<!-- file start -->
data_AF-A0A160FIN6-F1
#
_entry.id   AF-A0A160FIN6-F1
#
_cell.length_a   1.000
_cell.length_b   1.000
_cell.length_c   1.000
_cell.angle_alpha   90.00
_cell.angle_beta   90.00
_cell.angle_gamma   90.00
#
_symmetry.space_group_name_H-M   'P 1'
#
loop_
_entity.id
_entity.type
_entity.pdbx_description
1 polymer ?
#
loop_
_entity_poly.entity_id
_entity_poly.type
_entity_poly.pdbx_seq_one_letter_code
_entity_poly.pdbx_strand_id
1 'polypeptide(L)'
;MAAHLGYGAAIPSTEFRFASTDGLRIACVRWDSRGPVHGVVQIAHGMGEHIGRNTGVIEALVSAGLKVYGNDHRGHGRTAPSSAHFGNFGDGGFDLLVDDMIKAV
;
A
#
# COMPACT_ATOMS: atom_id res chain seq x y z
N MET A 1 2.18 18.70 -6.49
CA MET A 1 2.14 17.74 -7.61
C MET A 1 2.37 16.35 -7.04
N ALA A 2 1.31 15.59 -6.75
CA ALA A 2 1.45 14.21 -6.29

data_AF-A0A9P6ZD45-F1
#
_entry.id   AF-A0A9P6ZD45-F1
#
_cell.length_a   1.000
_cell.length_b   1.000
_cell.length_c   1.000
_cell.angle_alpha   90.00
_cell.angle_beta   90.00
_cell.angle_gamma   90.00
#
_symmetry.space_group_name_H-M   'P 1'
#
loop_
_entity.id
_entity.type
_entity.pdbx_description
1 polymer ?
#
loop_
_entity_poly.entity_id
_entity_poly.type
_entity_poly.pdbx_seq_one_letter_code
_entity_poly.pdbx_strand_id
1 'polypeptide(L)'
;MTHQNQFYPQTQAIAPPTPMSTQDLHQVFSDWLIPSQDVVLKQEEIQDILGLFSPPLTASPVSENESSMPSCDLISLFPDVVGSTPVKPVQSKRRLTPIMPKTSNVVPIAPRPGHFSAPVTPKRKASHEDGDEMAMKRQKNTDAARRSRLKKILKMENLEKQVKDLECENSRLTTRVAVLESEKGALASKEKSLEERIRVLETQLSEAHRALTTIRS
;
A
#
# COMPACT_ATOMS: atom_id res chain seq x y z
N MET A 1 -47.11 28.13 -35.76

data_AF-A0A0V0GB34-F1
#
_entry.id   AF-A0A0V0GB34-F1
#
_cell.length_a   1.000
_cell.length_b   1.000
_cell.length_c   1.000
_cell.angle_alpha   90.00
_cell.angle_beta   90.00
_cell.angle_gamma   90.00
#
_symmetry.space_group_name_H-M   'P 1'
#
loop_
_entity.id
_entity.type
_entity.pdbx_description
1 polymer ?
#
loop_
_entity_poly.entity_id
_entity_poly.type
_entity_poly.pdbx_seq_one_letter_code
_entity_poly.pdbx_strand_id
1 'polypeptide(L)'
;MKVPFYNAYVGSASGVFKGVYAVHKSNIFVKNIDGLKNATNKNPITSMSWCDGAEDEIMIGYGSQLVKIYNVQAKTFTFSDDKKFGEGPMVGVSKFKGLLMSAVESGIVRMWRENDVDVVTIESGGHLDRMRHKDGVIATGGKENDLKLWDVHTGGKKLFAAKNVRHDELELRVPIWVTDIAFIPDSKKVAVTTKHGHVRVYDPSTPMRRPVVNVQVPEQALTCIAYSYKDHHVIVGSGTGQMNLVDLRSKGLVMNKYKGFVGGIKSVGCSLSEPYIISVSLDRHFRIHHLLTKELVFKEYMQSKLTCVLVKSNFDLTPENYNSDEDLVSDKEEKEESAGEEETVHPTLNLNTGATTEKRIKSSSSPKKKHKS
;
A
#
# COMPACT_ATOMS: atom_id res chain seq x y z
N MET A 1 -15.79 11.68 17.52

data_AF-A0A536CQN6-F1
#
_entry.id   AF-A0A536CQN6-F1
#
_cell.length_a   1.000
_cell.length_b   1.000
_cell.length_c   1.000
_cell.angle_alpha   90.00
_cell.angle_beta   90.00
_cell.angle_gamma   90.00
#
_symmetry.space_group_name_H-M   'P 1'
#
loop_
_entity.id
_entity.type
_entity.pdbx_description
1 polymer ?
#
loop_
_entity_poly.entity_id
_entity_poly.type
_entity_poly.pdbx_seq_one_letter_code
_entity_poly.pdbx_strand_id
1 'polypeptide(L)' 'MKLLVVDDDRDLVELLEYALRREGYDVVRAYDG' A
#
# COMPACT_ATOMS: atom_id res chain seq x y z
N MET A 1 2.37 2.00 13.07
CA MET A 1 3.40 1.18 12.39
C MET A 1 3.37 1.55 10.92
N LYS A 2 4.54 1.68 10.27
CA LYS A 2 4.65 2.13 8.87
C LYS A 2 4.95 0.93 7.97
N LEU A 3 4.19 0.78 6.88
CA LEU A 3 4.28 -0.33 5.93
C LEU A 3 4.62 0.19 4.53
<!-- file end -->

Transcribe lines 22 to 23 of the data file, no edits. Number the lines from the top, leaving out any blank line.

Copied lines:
_entity_poly.type
_entity_poly.pdbx_seq_one_letter_code